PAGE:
Midlands Voices: Keep RFS going strong for state

Source: By Todd Becker, Omaha World Herald • Posted: Monday, August 17, 2015

Ten years ago this month, the bipartisan Energy Policy Act was signed into law by President George W. Bush and established the Renewable Fuel Standard (RFS) to help reduce our dependence on foreign oil, decrease carbon emissions into the atmosphere and decrease prices at the pump. It has allowed us to harvest homegrown, natural energy for fuel, without relying on big oil companies and hostile foreign nations.

Passage of the standard led to the creation of an entirely new industry in renewable fuels production. Billions of dollars were invested, and the United States became a world leader in ethanol production.

Here in Nebraska, the RFS led to a booming renewable fuels industry, which had an economic impact of about $5 billion last year, according to a University of Nebraska study. The industry employed 1,300 people, with wages 21 percent higher than the state’s average manufacturing wage, and it supported another 3,300 indirect jobs.

In fact, we have the RFS to thank for helping the state through the recent economic recession, due to our large agricultural economy. While the price of corn has decreased to pre-RFS levels, the productivity of that same acre has increased to help offset this. The RFS has led to a renaissance of greater crop production through investment in technology supported by the demand ethanol brings to U.S. corn production.

As CEO of Green Plains, I have experienced firsthand how this burgeoning ethanol industry has impacted our communities and caused positive ripple effects throughout our entire economy, especially here in America’s heartland.

On the national level, a 2014 study by the research consulting firm Dunham and Associates estimated that over 850,000 American jobs have been created since passage of the RFS, driving investment to rural farm assets by a staggering $500 billion. And according to USDA, 28 percent of the 13.5 billion bushels of domestic corn production went to produce corn ethanol in 2014.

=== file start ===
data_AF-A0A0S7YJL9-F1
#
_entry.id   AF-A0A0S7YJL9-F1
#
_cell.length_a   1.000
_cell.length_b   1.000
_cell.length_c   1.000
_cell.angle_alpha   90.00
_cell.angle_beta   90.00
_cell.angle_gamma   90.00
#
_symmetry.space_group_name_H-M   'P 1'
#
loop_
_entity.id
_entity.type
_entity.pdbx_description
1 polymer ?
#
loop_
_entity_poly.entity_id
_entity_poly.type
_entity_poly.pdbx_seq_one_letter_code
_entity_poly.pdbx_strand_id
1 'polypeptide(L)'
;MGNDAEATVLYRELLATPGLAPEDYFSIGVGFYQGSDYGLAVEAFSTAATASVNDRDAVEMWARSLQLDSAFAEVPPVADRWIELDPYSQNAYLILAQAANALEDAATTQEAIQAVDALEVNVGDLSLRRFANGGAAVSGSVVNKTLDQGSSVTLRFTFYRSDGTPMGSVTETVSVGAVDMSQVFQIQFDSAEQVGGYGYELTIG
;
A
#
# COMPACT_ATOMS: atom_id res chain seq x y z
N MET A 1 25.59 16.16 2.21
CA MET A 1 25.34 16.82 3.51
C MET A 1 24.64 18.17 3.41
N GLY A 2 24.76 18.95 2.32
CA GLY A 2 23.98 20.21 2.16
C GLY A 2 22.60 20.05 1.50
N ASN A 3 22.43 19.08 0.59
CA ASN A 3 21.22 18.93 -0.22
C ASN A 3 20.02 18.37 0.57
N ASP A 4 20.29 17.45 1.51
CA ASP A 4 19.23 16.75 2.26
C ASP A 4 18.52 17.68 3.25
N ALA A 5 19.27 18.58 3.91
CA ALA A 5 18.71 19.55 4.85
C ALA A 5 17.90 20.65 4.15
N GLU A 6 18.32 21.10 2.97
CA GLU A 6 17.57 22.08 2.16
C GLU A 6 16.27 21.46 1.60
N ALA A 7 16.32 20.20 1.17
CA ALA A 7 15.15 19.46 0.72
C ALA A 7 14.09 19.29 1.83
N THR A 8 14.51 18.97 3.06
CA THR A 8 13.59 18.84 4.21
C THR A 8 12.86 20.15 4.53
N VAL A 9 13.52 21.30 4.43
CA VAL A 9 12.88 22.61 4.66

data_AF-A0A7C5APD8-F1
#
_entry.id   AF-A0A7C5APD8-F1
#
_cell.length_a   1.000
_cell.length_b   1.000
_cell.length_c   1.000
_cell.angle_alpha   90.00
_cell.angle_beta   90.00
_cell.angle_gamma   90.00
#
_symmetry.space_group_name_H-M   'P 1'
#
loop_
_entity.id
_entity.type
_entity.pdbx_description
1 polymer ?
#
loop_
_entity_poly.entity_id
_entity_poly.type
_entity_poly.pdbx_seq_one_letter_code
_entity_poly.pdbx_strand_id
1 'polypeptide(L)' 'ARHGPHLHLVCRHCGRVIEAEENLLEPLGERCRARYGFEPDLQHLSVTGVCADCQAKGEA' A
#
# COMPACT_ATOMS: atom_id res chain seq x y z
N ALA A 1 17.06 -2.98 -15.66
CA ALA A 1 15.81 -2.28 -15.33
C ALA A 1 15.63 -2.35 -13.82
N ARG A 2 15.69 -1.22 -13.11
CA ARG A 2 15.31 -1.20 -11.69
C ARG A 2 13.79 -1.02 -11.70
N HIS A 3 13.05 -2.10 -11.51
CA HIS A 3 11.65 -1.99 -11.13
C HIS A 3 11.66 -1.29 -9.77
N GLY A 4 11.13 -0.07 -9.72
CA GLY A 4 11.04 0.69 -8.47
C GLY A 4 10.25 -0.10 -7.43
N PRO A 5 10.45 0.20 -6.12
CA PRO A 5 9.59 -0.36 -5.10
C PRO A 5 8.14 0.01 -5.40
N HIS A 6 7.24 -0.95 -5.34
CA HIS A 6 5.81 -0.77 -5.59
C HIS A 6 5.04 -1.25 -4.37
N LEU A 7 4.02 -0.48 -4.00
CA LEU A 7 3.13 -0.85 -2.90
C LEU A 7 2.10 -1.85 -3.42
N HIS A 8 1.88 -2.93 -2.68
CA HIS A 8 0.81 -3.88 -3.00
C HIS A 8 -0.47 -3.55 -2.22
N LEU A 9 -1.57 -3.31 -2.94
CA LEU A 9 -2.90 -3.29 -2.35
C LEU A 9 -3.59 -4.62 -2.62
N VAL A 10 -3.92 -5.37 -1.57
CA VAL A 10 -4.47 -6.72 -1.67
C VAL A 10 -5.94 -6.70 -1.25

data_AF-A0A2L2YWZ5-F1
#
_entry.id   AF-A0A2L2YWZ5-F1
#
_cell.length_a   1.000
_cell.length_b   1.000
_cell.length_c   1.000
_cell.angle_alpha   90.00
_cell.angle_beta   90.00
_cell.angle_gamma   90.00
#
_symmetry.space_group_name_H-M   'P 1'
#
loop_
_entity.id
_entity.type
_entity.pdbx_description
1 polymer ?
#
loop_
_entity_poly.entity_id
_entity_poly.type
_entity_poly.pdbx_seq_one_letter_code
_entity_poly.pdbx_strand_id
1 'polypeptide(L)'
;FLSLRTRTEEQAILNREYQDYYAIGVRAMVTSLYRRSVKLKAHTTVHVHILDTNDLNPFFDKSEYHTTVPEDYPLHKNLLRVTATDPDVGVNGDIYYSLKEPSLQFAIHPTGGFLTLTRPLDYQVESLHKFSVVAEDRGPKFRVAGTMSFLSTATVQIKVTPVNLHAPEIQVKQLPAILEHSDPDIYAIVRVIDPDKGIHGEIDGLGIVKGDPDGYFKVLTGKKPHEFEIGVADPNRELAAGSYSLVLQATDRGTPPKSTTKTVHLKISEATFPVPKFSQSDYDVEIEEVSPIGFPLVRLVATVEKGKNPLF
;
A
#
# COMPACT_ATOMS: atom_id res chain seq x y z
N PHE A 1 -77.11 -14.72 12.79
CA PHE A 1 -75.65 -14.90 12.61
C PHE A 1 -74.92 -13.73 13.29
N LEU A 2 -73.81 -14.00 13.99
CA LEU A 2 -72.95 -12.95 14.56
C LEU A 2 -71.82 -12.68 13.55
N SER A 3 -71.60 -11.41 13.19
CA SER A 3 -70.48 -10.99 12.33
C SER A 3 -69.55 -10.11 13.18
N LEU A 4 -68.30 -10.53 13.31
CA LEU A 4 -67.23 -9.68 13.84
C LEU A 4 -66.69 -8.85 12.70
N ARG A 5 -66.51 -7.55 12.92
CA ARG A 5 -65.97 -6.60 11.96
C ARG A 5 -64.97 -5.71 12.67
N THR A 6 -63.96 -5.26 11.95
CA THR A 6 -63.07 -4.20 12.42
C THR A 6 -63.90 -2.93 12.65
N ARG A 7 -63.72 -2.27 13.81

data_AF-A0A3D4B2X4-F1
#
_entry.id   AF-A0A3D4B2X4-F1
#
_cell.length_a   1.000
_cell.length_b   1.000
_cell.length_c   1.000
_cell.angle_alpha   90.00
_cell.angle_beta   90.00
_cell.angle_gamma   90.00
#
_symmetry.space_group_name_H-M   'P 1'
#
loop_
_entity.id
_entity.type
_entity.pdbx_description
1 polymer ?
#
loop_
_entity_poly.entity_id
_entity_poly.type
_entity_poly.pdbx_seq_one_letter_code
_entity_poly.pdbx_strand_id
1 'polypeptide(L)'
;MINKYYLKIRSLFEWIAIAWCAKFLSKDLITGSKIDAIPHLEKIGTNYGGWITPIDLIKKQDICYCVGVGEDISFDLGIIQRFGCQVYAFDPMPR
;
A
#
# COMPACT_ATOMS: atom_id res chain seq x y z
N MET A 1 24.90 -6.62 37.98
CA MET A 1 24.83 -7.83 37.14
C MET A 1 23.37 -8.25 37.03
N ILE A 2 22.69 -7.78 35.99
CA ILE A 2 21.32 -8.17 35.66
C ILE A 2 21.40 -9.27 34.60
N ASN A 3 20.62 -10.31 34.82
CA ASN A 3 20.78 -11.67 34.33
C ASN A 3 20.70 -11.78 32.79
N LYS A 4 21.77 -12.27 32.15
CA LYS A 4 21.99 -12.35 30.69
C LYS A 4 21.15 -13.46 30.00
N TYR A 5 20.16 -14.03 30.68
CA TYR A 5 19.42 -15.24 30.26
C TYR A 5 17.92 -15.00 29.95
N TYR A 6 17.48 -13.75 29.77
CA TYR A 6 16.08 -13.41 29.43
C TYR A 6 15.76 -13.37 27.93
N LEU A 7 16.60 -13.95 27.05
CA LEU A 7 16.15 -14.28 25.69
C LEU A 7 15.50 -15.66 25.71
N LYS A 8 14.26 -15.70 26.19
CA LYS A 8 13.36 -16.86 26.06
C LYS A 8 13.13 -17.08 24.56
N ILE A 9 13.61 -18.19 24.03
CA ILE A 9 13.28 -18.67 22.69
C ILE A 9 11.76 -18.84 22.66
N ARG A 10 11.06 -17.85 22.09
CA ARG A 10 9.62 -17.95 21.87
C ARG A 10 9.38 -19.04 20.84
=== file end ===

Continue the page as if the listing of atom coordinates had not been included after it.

The United Nations recently reported that the FAO Food Price Index is at the lowest level since June 2010. This is a testament to the innovation and productivity of the U.S. farmer, of which Nebraska has plenty.

Ethanol costs refiners 28 percent less than petroleum products used in gasoline fuel. Ethanol is the cheapest molecule and the cheapest octane in the fuel tank and the world.

America’s big automakers are recognizing this — and the additional benefits of ethanol blends in gasoline — and have changed their production standards to design cars to run on higher ethanol mixtures than the current 10 percent blending requirement. They realize it is worth the investment.

Now, after a multi-year delay, the Environmental Protection Agency has proposed renewable fuel volumes for 2014, 2015 and 2016 that are significantly lower biofuel blend requirements than mandated by law. These levels do not meet the intent of the Energy Policy Act of 2005, and they are not what hardworking Nebraska farmers and ethanol producers deserve.

With any new technology and industry, there are growing pains and new investments in infrastructure needed, but a lot of these steps have already been accomplished. The groundwork has already been laid. The EPA’s proposed, lackluster blend requirements make it appear like they’re turning away from this booming industry. That would be a tragic mistake.

The RFS brings a clean, domestic choice to the energy marketplace that has been previously dominated by Big Oil — which, by the way, receives a healthy allotment of government subsidies, all while the ethanol industry gave up any direct subsidies at the end of 2011. If the EPA issued strong, increasing renewable fuel levels, as they are supposed to for the next seven years, we could finally break the monopoly that Big Oil has on our fuel tank at little or no cost to the consumer.

From decreasing American dependence on oil from nations in the Middle East to driving down the retail price of gasoline and creating an entirely new industry, the RFS has been a successful economic policy. It is the modern-day farm program with no direct cost to taxpayers. Efforts by the EPA to roll back the RFS could cripple this nascent, prosperous new industry and have negative ripple effects throughout our local, state and national economies.

The RFS has supported our community in Nebraska for the last 10 years. Let’s make sure it continues to do so for the next seven years and finally give consumers a better choice of fuel at the pump.

The author is chief executive officer of Green Plains Inc., an Omaha-based ethanol producer.